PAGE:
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Thread: New mead maker...is it done fermenting??

  1. Default New mead maker...is it done fermenting??

    Gerrtings! I made my first mead just under one month ago. I made two single gallon batches, one "dry" the other sweeter and spiced. My concern is how quickly they are progressing, especially batch 1. Sadly, I did not have a hydrometer, so there are no OG readings, nor pH.

    Recipe 1:
    2lb honey
    Water to make 1 gallon
    2.5 g D47 yeast, activated according to manufacturers directions
    1/2 tsp yeast nutrient
    1/2 tsp yeast energizer

    Water and honey heated to ~140F for 20 min. Cooled to under 80F, approx 77F, pitched yeast nutrient and energizer, shook like I was a boss, added activated yeast. Topped with airlock, put away in a bedroom closet, cool and dark, approx 62-75F depending on time of day.
    Two weeks later, bubbles were approx every 30 seconds. Racked.
    One week later, more lees/sediment at bottom, but cleared significantly. Racked. Why? Probably because I'm like a kid with a new toy. Bubbles now at one every 2 minutes, corrected (for temp) SG approx 1.032. Is something wrong? Is it already done? Does it need a boost? It has an alcohol sharpness, not sweet, but not bitter. I get the "dry" sense. Also has excessive headspace now, as it went from a gallon jug to a 4L jug, plus 2 rackings...thinking of losing some marbles in it.

    Recipe 2:
    3lb honey
    Water to make 1 gal
    2.5 g D47 yeast, activated according to manufacturers directions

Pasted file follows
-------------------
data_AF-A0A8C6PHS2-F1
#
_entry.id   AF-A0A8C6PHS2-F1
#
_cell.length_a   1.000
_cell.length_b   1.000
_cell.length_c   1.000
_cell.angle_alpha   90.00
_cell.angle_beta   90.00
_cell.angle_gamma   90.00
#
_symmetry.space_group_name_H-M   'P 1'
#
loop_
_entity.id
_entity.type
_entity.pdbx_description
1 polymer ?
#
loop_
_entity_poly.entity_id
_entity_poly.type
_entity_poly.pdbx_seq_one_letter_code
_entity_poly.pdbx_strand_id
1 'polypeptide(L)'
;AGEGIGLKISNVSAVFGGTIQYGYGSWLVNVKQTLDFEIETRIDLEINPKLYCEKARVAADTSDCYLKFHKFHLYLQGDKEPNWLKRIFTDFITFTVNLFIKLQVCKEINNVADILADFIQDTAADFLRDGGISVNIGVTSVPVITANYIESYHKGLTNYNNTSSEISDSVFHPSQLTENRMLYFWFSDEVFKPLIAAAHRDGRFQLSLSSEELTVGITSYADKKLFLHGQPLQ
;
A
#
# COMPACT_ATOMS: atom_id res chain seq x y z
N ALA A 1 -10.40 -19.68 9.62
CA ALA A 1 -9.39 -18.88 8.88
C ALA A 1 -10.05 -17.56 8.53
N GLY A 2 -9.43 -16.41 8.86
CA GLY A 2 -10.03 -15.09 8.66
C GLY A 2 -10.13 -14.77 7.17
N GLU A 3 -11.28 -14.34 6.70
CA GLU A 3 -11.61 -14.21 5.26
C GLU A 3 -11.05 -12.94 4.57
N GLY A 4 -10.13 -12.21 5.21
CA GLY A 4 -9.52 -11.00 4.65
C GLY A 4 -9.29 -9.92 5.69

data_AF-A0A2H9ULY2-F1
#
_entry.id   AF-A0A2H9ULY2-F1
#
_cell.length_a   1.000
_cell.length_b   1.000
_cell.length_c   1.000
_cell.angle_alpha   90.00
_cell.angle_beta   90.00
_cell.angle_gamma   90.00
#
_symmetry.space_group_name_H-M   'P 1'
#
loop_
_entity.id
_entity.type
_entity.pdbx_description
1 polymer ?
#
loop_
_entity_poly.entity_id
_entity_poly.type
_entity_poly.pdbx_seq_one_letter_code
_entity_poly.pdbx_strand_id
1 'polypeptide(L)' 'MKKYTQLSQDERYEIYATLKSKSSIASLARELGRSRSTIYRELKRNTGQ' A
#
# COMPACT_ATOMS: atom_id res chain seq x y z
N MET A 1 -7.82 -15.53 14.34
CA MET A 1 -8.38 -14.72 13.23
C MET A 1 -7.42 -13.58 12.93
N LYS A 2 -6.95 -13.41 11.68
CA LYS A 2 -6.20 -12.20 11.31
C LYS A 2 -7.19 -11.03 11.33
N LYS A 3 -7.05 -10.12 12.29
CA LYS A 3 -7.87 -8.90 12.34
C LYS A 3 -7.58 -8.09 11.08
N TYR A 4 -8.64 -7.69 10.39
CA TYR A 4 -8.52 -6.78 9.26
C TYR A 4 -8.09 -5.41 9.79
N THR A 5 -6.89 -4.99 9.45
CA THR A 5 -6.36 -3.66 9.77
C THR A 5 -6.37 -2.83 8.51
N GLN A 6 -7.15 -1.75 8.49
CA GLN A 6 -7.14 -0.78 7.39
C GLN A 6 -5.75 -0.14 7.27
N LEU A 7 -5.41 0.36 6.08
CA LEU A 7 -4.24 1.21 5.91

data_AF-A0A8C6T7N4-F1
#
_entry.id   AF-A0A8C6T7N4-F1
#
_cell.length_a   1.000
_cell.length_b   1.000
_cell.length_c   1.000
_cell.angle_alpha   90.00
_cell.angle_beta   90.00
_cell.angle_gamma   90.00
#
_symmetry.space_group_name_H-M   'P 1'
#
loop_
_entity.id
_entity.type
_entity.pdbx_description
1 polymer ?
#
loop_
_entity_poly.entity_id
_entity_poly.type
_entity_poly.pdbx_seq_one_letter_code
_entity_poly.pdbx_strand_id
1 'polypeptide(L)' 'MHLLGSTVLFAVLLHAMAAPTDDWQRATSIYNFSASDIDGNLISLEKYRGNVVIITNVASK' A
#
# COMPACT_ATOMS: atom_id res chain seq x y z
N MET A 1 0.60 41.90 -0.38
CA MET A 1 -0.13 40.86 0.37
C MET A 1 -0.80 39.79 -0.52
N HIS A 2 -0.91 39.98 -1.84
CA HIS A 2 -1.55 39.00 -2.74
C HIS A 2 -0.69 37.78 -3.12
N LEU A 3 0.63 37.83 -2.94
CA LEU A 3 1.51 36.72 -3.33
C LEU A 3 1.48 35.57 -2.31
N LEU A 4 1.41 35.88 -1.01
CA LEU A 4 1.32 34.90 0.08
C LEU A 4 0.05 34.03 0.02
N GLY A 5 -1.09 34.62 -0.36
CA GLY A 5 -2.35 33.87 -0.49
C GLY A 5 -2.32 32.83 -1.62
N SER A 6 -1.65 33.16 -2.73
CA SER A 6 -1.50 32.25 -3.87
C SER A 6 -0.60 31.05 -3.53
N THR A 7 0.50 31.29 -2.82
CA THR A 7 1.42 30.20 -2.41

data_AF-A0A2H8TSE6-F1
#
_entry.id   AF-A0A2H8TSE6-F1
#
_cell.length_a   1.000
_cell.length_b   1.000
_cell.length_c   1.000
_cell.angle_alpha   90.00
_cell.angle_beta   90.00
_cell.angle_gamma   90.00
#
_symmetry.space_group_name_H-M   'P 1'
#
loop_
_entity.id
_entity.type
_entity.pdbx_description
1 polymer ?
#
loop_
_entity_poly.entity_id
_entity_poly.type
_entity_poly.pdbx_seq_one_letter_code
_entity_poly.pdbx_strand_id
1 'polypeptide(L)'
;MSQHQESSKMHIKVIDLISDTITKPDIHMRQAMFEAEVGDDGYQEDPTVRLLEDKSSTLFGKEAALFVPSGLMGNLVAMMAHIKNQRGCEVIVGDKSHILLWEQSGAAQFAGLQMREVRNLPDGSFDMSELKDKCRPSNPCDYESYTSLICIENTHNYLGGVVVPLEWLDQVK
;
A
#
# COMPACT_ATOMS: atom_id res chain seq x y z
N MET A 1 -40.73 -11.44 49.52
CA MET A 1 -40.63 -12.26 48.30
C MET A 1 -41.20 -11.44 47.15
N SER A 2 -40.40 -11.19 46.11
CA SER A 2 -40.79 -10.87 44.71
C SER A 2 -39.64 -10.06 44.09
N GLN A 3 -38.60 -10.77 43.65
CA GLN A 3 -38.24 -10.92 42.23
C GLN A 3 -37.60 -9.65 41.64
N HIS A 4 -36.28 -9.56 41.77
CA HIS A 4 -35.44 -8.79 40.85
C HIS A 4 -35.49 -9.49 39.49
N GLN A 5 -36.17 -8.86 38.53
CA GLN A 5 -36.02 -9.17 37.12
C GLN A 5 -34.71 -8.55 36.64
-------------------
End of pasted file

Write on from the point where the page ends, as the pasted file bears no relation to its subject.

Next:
1/2 tsp yeast nutrient
    1/2 tsp yeast energizer
    1/2 orange, sliced
    1 tsp cardamom seeds

    Same process for making mead, added orange and cardamom after yeast.
    Racked @ 2 weeks.
    Today (3weeks) bubbles every 35 sec, SG 1.042. Taste is sweeter than #1.

    Thoughts, advice, anything, please!

  2. Default

    I am by no means a mead expert. But some other questions that may need answers are: What temp did they ferment at? Did you take gravity readings before racking off yeast?

    If you are looking for a dry batch, neither of those are technically anywhere close. I have a 5g batch that started 1.100 and is now below 1.000 after 3 weeks. Staggered nutrient additions help to keep fermentation going along.

    Based on recipe, first batch would have started at 1.074 so at 1.032 is about 55% attenuated. Yeast does leave fuller body but has alcohol tolerance to 14% so my guess is it stalled and is incomplete.

    The second batch would have OG of 1.100 so at 1. 042 is also at 55%.

    Perhaps so more experienced people will comment. My thoughts are you may need to add more nutrients and or fresh yeast to get them fermenting more. Otherwise will be left very sweet.

  3. Default

    Sorry saw temps listed...

  4. #4

    Default

    I would suggest next time just pitching the whole packet for each batch. It gives the yeast a better head start. You could feed it more nutrients in 3 separate feedings. Some feed everything before the half way mark and others feed at the 1/3 half and 2/3 sugar breaks. Things slow down some towards the end. With that said that yeast can easily eat that amount of honey to dry. You might want to buy some Ph strips to measure your Ph. They're not great but you can get a rough idea where your Ph is. If it's around what you think is 3.2 or so you might be ok. If it's lower you need to buffer it with K2CO3 according to directions
    7 out of 4 people have a hard time using their hydrometer!

  5. Default

    Ok, to answer questions first..
    Fermentation was roughly 62F @ night, 75F/day. This is in a bedroom wardrobe, coolest place in the house. Other option is 75 all day.
    No OG reading, as I was ignorant of that concept at the time
    Got pH strips, they appear to put the pH at roughly 3.4 (above 3.2, below 3.6) for batch 1, batch 2 looks more about 3.6
    SG for #1 is now 1.01, #2 is 1.02.